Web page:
Federal law enforcement defends the use of facial-recognition technology as a new tool to track down criminals, but a recent cyberattack of a Customs and Border Patrol subcontractor raises serious issues about privacy.
CBP acknowledged this week that the breach exposed facial-recognition data on thousands of people crossing the southern border, along with their license plates.
The disclosure comes less than a month after U.S. House Oversight and Reform Committee hearings on facial-recognition systems prompted congressional members to call for a moratorium  on the quickly growing technology.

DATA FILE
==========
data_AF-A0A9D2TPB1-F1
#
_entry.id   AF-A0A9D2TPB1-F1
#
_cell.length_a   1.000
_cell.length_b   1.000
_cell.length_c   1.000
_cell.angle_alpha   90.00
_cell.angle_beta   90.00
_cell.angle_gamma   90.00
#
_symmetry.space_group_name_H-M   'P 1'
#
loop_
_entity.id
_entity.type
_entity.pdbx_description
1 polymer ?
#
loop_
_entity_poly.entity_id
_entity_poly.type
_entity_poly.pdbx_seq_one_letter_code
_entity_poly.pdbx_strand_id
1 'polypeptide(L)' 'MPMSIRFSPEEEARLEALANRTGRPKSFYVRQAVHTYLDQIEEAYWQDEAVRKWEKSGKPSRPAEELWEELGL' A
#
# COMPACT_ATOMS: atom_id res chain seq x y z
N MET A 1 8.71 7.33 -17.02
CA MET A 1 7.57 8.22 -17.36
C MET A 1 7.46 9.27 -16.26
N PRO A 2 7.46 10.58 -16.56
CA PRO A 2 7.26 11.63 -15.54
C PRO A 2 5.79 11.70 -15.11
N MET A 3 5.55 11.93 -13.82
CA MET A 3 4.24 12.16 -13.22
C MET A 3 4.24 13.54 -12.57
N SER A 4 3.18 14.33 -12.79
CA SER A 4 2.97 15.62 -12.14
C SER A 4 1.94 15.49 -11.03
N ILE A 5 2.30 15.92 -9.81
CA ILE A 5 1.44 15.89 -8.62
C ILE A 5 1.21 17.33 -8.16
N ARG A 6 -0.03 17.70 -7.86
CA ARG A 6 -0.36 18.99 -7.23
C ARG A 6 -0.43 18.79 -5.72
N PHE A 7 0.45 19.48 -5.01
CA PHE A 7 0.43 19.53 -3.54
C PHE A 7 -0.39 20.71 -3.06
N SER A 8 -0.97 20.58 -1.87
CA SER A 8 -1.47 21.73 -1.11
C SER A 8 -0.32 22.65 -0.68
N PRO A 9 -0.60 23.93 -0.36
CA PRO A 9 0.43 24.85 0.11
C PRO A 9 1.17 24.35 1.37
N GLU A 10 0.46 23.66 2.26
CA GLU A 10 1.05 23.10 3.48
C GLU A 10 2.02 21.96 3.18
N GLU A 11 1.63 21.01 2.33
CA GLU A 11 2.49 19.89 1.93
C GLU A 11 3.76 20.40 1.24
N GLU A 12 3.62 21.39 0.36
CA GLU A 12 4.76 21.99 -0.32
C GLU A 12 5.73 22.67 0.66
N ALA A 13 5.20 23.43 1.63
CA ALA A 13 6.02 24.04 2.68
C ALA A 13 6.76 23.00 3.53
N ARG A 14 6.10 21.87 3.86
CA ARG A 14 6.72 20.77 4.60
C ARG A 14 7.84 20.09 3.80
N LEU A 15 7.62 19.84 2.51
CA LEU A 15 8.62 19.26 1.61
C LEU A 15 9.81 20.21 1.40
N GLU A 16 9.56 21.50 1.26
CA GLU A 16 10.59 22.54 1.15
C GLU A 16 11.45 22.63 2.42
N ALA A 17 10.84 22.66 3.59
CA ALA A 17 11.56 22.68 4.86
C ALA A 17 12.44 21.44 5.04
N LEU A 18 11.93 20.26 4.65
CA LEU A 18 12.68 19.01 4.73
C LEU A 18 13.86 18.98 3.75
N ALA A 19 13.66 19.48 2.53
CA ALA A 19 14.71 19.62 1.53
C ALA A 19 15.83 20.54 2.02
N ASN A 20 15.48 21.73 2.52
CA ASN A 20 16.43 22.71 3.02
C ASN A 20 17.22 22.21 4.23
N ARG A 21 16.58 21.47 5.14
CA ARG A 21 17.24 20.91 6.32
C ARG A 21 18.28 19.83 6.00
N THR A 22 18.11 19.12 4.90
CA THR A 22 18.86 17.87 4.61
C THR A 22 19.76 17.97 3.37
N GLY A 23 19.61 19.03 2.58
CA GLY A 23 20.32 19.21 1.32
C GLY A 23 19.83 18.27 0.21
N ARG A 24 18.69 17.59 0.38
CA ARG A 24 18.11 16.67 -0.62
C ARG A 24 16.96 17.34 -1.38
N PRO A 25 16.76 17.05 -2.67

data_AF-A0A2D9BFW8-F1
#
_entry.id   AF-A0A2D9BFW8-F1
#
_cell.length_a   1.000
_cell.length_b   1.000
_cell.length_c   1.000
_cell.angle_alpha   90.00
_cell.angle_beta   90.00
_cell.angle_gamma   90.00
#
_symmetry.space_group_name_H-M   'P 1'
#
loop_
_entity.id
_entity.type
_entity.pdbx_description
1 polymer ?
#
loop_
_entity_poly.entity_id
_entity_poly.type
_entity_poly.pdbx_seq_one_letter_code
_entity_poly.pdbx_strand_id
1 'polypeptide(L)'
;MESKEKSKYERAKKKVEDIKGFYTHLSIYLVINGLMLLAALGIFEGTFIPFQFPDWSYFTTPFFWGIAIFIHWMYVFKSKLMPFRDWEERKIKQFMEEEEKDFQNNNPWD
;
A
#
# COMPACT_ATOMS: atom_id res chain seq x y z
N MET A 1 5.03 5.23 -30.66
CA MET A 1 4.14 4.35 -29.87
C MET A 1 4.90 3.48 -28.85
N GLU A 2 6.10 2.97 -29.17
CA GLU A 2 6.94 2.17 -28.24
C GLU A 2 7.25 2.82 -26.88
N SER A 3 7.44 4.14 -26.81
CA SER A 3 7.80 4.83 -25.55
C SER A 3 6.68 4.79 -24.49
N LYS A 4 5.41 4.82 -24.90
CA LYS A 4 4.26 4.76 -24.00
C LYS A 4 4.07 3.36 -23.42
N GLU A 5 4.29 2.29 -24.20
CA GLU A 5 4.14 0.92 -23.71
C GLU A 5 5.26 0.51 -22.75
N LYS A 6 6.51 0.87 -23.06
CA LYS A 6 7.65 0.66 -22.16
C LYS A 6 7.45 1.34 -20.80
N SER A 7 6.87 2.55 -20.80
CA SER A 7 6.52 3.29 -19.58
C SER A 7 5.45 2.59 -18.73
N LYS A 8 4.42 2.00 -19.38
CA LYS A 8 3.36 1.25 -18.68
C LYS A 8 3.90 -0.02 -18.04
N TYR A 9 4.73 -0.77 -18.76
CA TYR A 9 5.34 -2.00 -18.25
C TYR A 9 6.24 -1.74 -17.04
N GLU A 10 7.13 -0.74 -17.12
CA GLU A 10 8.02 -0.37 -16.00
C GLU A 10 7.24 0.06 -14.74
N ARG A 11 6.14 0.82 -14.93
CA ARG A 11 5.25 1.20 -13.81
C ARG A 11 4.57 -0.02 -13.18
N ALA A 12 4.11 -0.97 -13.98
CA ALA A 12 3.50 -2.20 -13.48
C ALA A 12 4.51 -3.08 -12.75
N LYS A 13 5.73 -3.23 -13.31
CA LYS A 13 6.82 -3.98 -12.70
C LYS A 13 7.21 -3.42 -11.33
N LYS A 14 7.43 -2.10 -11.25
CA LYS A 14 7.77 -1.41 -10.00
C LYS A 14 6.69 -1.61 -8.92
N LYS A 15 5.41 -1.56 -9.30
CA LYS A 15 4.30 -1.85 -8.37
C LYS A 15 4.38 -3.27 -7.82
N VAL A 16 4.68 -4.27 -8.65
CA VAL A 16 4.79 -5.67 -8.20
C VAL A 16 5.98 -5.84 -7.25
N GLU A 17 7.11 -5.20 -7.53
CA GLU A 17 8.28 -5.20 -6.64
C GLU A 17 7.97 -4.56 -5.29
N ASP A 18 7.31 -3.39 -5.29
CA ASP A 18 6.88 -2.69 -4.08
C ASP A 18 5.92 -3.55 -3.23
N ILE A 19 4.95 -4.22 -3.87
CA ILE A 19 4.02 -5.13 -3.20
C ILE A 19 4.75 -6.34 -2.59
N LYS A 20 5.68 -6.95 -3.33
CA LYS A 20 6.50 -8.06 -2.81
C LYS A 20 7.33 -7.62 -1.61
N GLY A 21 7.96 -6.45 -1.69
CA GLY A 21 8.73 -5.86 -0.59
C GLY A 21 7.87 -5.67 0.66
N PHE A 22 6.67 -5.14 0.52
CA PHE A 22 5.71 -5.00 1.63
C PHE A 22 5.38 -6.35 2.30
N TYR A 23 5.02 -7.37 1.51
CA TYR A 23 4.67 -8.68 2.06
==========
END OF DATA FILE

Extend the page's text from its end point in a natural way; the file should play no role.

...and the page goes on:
“We shouldn’t be using the technology until we can be sure people’s rights are being protected,” Neema Singh Guliani, senior legislative counsel for the Washington Legislative Office of the American Civil Liberties Union, said during a May 22 hearing. “By and large, people have been unaware of these systems and how they work.”
CBP said the subcontractor violated government regulations by uploading the images to its company network.